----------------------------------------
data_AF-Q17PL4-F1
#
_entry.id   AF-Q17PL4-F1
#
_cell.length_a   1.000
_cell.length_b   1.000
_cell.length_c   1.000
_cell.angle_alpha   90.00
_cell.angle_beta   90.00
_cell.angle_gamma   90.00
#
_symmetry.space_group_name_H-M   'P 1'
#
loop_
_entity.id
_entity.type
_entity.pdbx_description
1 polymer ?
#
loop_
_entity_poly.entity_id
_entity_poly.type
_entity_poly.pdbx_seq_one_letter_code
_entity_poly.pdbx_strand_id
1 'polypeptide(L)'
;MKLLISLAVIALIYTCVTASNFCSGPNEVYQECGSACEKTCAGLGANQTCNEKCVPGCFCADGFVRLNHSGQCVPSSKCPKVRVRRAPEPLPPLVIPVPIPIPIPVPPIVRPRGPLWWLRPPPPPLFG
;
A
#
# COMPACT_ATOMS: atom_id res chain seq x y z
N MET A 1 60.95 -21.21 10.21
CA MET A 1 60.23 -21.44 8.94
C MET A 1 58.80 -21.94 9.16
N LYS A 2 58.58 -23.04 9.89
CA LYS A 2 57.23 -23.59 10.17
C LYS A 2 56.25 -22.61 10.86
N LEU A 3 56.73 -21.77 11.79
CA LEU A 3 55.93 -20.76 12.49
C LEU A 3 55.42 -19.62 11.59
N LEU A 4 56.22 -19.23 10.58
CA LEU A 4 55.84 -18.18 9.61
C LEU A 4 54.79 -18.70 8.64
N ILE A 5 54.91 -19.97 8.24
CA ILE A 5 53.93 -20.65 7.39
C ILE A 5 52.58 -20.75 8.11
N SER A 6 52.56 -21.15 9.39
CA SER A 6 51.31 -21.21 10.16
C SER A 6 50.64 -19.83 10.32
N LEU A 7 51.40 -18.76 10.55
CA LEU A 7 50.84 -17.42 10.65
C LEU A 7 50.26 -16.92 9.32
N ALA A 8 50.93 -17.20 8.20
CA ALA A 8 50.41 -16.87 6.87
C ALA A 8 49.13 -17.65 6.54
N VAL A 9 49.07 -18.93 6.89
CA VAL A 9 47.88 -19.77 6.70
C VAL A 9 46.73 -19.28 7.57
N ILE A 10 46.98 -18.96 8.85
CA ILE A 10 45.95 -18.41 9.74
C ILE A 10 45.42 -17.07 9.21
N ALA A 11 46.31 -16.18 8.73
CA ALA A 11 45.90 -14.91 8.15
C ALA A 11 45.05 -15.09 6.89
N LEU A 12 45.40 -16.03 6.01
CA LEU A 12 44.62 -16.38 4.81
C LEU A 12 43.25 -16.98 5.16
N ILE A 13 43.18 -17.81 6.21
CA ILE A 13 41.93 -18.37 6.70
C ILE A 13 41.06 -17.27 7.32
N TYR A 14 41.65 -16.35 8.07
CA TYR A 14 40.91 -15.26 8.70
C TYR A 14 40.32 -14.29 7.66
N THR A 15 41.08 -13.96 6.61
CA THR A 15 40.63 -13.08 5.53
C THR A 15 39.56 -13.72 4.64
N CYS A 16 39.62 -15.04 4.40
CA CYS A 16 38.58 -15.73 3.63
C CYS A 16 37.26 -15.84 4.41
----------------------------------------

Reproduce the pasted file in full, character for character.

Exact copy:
data_AF-Q17PL4-F1
#
_entry.id   AF-Q17PL4-F1
#
_cell.length_a   1.000
_cell.length_b   1.000
_cell.length_c   1.000
_cell.angle_alpha   90.00
_cell.angle_beta   90.00
_cell.angle_gamma   90.00
#
_symmetry.space_group_name_H-M   'P 1'
#
loop_
_entity.id
_entity.type
_entity.pdbx_description
1 polymer ?
#
loop_
_entity_poly.entity_id
_entity_poly.type
_entity_poly.pdbx_seq_one_letter_code
_entity_poly.pdbx_strand_id
1 'polypeptide(L)'
;MKLLISLAVIALIYTCVTASNFCSGPNEVYQECGSACEKTCAGLGANQTCNEKCVPGCFCADGFVRLNHSGQCVPSSKCPKVRVRRAPEPLPPLVIPVPIPIPIPVPPIVRPRGPLWWLRPPPPPLFG
;
A
#
# COMPACT_ATOMS: atom_id res chain seq x y z
N MET A 1 60.95 -21.21 10.21
CA MET A 1 60.23 -21.44 8.94
C MET A 1 58.80 -21.94 9.16
N LYS A 2 58.58 -23.04 9.89
CA LYS A 2 57.23 -23.59 10.17
C LYS A 2 56.25 -22.61 10.86
N LEU A 3 56.73 -21.77 11.79
CA LEU A 3 55.93 -20.76 12.49
C LEU A 3 55.42 -19.62 11.59
N LEU A 4 56.22 -19.23 10.58
CA LEU A 4 55.84 -18.18 9.61
C LEU A 4 54.79 -18.70 8.64
N ILE A 5 54.91 -19.97 8.24
CA ILE A 5 53.93 -20.65 7.39
C ILE A 5 52.58 -20.75 8.11
N SER A 6 52.56 -21.15 9.39
CA SER A 6 51.31 -21.21 10.16
C SER A 6 50.64 -19.83 10.32
N LEU A 7 51.40 -18.76 10.55
CA LEU A 7 50.84 -17.42 10.65
C LEU A 7 50.26 -16.92 9.32
N ALA A 8 50.93 -17.20 8.20
CA ALA A 8 50.41 -16.87 6.87
C ALA A 8 49.13 -17.65 6.54
N VAL A 9 49.07 -18.93 6.89
CA VAL A 9 47.88 -19.77 6.70
C VAL A 9 46.73 -19.28 7.57
N ILE A 10 46.98 -18.96 8.85
CA ILE A 10 45.95 -18.41 9.74
C ILE A 10 45.42 -17.07 9.21
N ALA A 11 46.31 -16.18 8.73
CA ALA A 11 45.90 -14.91 8.15
C ALA A 11 45.05 -15.09 6.89
N LEU A 12 45.40 -16.03 6.01
CA LEU A 12 44.62 -16.38 4.81
C LEU A 12 43.25 -16.98 5.16
N ILE A 13 43.18 -17.81 6.21
CA ILE A 13 41.93 -18.37 6.70
C ILE A 13 41.06 -17.27 7.32
N TYR A 14 41.65 -16.35 8.07
CA TYR A 14 40.91 -15.26 8.70
C TYR A 14 40.32 -14.29 7.66
N THR A 15 41.08 -13.96 6.61
CA THR A 15 40.63 -13.08 5.53
C THR A 15 39.56 -13.72 4.64
N CYS A 16 39.62 -15.04 4.40
CA CYS A 16 38.58 -15.73 3.63
C CYS A 16 37.26 -15.84 4.41